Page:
Sunday, February 22, 2009

Caring for bettas: Creating a betta tank & some common betta myths

Supplies to buy:

API test kit

First, you'll need to buy a tank. Do NOT buy a bowl, a vase, or anything less than a 2.5 gallon! A 5 gallon would really be alot better than a 2.5, and if you get a 10 gallon, your betta will have a palace!

You'll need a filter and a heater. Bettas like to be kept at around 78 degrees, and they don't like alot of water disturbance from the filter, so take this into account when buying. Make SURE you don't go overboard with the equipment. A filter for a larger tank will cause too much water flow, and a heater that's too powerful can kill your betta by overheating the tank.

Also get some substrate. Don't get sand. If you get gravel, make sure it's smooth so it won't damage your betta's fins. Marbles or those little flat glass "pebbles" will work well.

Get some plants and decorations, too. Live plants will provide oxygen and absorb some ammonia. If you get fake plants, don't get plastic! They will tear your betta's delicate fins. Get silk plants instead. Get a couple of structures for your betta to play with, such as a castle with large smooth-edged holes.

Take your tank & equipment home. Do NOT buy a betta yet! You'll need to cycle your tank before you put your new friend in. Set up the tank, plants, decorations, filter, and heater. Don't put it in direct sunlight. Research instructions for a fishless cycle, follow them, and don't buy your betta until you have 0 ammonia, 0 nitrites, and around 10 nitrates.

Make sure you acclimate your betta before letting him into his new home. If you don't, you risk having him or her go into shock from the change in water temperature.

If your new fish doesn't eat right away, don't worry. Give your betta a few days to settle in.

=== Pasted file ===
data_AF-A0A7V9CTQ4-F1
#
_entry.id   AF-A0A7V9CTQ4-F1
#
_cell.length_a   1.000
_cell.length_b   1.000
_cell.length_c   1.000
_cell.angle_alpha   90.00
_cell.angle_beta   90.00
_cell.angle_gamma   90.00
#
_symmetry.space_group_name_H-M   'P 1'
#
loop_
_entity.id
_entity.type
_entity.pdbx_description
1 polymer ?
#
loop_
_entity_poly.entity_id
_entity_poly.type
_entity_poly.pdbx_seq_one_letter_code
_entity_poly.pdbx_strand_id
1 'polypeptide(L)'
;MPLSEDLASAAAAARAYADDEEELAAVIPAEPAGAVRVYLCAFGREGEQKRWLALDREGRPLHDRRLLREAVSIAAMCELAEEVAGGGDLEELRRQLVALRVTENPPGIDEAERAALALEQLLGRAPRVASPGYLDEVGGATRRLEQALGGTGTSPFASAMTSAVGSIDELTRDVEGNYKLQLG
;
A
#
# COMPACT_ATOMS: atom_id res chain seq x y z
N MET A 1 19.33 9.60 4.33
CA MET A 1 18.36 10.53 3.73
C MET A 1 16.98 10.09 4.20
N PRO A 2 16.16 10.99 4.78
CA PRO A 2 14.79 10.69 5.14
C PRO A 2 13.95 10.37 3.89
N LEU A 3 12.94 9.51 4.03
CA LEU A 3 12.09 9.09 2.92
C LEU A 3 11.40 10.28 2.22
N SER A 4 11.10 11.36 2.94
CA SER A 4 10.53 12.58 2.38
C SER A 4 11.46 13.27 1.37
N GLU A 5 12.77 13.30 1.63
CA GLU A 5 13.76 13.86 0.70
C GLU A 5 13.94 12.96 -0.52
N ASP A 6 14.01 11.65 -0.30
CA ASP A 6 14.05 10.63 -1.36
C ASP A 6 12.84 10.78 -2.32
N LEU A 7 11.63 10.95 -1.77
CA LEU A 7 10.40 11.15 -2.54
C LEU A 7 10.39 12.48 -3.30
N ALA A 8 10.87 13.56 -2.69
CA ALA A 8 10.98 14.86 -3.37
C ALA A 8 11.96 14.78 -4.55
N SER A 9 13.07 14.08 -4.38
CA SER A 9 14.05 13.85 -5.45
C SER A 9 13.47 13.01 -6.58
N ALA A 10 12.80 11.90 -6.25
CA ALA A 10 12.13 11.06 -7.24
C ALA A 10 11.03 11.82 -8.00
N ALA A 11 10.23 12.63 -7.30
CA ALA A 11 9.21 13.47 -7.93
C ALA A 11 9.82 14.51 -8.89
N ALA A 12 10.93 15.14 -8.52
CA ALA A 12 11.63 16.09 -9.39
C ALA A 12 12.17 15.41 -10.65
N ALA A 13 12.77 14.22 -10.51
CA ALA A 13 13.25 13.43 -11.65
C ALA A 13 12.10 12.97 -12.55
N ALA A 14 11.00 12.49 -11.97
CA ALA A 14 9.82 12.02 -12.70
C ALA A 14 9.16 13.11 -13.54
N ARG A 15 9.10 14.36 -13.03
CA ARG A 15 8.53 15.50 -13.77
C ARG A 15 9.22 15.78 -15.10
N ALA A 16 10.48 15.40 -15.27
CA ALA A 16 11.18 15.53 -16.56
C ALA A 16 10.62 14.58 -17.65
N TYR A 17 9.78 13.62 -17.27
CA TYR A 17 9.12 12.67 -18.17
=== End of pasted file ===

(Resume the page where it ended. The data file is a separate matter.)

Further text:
When cleaning the tank, never wash off the gravel, and NEVER use any soap on anything going into your aquarium. Use a siphon & gravel vacuum and do a 25% water change every week.

Common betta myths and the real truth:

"In the wild, bettas live in mud puddles, so they are fine in those little cups."

In the wild, bettas live in rice paddies in Thailand, NOT in mud puddles or elephant footprints.

"Bettas don't need a filter or heater. They don't have a filter or heater in the wild."

In wild betta habitats, water flow provides natural filtration, just like the warm climate combined with the lower water level (NOT mud puddle levels) provides natural heating. With no filter, the betta is practically breathing its own waste, only it is not in the form of waste. When fish waste and excess foods rot, they produce ammonia, which is toxic to fish in levels as small as .75 ppm. When I got my sister's betta from the store, I tested the water from his tiny cup, and the results were 8+ ppm. Ammonia burns the gills of a fish, leading to extreme pain and eventually death.

"Multiple male bettas can be housed together. What stops them from being together in Thailand?"

Nothing. Nothing stops the bettas from seing eachother. However, nothing stops them from swimming away or hiding either. If one male has had enough in a rice paddy, he can swim away and/or hide in the plants. In an aquarium, and especially the small ones that bettas are usually housed in, the males can not get away from eachother, so if one tries to escape, the otehr will bully it to death.

I hope that if you decide to get a betta, you will keep it in good conditions like the ones I listed!

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